A Summing Up

tutorial, critical comment, plot, and study resources

A Summing Up is one of a number of short stories by Virginia Woolf set at a party in the Westminster home of Richard and Clarissa Dalloway, the hosts of the central social event in her novel Mrs Dalloway (1925). The story was first published in A Haunted House (1944) and then later reprinted with the collection of stories and sketches Mrs Dalloway’s Party published by the Hogarth Press in London in 1973.

A summing Up

houses in Westminster

A Summing Up – critical commentary

Like all the other stories in the Mrs Dalloway’s Party sequence, this is principally a study in social alienation, egoism, and the life of the imagination. It is yet another example of people interacting politely in what appears on the surface to be a civilized manner, whilst the narrative reveals the emotional and intellectual chasms that separate them.

Bertram Pritchard is an almost comic study of the crashing bore, even though he is ‘an esteemed civil servant and a Companion of the Bath.’

Written down what he said would be incredible — not only was each thing he said in itself insignificant, but there was no connection between the different remarks.

Sasha Latham on the other hand is ‘tall [and] handsome’ but inwardly feels lacking in confidence. Disattending to her fellow guest, she retreats into a series of imaginative speculations concerning the nature and the history of society.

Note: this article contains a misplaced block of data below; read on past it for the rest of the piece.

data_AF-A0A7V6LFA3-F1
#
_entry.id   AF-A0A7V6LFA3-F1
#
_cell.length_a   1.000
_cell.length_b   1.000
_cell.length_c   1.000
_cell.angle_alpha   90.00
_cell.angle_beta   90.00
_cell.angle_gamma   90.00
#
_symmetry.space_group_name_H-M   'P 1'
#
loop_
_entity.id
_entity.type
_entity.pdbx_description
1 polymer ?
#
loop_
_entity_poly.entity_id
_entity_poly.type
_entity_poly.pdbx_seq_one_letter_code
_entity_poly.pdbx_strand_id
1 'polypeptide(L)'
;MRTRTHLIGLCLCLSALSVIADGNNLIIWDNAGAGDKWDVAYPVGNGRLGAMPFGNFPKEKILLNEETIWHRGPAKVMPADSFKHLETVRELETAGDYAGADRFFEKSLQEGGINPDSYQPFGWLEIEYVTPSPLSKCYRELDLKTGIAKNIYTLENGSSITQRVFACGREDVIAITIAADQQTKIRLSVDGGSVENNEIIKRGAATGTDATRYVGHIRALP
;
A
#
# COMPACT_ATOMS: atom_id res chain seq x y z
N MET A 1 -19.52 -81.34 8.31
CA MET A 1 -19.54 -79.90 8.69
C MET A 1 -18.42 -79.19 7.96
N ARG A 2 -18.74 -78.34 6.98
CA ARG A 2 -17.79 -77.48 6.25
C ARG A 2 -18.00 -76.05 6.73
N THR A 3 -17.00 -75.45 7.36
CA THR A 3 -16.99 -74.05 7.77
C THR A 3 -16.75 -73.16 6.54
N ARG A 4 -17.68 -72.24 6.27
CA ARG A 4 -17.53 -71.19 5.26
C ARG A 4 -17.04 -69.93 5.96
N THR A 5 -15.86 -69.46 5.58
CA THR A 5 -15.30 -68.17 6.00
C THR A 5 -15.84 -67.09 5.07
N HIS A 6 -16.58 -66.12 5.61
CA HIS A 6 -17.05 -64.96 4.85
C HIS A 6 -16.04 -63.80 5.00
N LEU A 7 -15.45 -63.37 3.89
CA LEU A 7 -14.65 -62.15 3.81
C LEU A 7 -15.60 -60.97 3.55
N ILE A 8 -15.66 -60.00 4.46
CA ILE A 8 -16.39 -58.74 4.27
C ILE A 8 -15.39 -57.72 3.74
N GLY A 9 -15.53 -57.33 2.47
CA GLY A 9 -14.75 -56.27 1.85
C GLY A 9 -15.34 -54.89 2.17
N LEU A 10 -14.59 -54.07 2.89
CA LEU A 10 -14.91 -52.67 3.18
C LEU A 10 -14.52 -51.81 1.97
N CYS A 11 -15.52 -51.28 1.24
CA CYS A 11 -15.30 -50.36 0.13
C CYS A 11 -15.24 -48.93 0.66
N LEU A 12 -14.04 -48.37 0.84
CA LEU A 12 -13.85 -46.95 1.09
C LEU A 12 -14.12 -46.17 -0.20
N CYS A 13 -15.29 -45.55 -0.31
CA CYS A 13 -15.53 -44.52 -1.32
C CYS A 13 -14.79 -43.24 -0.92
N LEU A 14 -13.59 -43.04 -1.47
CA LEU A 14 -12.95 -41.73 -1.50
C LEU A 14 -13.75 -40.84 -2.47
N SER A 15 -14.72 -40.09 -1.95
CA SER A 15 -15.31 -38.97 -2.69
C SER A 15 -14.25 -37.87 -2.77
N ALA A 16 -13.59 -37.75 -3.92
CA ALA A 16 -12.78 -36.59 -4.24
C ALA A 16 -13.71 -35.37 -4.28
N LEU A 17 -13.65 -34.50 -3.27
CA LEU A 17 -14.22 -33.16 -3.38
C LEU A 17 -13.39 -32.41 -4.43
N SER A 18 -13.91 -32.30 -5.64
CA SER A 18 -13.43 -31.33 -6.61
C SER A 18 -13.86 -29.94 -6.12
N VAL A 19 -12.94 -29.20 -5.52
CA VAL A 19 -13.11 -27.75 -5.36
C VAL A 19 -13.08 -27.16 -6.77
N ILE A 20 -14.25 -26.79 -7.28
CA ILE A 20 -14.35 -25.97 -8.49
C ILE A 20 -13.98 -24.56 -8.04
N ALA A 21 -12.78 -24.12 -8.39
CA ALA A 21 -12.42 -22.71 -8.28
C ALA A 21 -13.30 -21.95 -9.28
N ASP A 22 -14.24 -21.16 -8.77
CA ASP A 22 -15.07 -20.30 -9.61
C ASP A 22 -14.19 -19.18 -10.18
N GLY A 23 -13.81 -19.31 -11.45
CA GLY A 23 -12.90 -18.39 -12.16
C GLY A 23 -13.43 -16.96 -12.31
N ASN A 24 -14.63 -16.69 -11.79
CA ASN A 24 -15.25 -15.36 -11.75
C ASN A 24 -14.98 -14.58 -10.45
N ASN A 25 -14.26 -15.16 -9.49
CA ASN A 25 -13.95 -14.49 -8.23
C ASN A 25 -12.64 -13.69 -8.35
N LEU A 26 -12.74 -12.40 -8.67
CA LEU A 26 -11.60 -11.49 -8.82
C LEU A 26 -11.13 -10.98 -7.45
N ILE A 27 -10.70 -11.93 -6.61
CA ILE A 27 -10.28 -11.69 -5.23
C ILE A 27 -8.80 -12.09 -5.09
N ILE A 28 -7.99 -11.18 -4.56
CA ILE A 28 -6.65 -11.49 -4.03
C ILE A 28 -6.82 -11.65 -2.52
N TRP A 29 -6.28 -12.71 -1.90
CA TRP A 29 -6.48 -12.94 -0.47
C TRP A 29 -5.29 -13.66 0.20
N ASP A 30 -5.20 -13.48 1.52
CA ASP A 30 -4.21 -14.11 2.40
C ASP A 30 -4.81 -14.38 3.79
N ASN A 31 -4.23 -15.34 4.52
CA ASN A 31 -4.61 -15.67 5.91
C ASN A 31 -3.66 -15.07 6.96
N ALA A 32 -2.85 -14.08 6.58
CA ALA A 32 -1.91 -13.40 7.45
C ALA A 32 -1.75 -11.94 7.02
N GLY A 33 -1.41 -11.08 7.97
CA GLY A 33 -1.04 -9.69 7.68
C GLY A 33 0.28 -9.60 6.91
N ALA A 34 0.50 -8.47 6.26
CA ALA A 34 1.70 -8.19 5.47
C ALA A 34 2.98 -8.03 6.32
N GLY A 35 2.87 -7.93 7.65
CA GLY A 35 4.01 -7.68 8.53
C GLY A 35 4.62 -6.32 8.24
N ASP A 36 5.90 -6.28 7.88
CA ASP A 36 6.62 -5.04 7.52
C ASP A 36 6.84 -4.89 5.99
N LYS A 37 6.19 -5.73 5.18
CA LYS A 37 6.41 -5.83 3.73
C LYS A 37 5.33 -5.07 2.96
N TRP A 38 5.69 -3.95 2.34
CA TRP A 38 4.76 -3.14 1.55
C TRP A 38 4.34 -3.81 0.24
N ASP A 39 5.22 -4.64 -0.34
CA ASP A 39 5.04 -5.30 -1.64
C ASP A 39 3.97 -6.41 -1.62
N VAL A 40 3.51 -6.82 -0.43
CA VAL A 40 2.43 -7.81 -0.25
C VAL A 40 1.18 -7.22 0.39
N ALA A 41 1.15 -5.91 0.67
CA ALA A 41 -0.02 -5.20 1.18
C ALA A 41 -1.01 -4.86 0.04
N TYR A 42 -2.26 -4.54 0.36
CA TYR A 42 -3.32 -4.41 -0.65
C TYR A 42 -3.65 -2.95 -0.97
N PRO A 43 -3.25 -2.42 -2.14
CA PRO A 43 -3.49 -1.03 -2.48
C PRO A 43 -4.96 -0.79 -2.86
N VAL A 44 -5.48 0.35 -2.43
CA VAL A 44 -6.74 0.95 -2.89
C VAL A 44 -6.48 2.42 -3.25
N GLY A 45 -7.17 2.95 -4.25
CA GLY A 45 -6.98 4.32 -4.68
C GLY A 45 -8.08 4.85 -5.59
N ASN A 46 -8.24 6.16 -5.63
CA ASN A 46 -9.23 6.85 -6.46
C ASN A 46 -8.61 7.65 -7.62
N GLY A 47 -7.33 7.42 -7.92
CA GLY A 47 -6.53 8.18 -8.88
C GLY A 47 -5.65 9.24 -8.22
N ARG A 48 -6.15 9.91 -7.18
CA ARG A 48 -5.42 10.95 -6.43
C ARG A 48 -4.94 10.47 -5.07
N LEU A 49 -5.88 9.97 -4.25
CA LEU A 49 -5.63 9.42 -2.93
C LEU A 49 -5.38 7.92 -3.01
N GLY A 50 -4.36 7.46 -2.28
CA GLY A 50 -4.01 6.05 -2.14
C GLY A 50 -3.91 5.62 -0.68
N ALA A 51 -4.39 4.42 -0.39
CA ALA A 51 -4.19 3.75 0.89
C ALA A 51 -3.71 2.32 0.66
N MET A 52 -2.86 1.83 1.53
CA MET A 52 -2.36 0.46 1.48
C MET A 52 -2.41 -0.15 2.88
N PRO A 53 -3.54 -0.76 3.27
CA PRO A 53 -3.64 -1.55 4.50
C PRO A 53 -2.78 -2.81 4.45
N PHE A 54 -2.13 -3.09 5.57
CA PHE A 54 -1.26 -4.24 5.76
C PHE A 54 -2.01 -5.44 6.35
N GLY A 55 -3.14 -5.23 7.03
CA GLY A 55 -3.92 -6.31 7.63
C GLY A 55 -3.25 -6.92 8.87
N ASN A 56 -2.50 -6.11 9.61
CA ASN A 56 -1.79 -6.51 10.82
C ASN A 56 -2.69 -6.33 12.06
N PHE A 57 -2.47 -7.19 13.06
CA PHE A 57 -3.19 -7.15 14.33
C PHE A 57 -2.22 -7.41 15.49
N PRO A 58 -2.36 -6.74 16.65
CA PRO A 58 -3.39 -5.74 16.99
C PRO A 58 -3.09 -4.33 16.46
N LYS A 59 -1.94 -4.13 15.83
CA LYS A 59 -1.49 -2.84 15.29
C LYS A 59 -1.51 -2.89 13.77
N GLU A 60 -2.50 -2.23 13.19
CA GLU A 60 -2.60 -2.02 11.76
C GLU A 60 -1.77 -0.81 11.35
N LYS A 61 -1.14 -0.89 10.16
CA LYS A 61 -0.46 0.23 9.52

There is no overt criticism of Pritchard, only deeply ironic counterpoint. Sasha Latham even manages to feel sympathetic towards him as she searches through a jumble of memories and sense impressions for some sort of meaningful insight.

And she finds it – very briefly – in the vision of a tree she sees in the garden. She also realises that the revelation might come by accident, and it does as she feels that the human soul ‘is by nature unmated, a widow bird; a bird perched aloft on that tree’ – before the revelation is shattered both by Pritchard guiding her back to what he sees as their social duty in the house, and by the inarticulate shriek she hears from the city that surrounds them.

A Summing Up – study resources

A Summing Up The Complete Shorter Fiction – Vintage Classics – Amazon UK

A Summing Up The Complete Shorter Fiction – Vintage Classics – Amazon US

A Summing Up The Complete Shorter Fiction – Harcourt edition – Amazon UK

A Summing Up The Complete Shorter Fiction – Harcourt edition – Amazon US

A Summing Up Monday or Tuesday and Other Stories – Gutenberg.org

A Summing Up Kew Gardens and Other Stories – Hogarth reprint – Amazon UK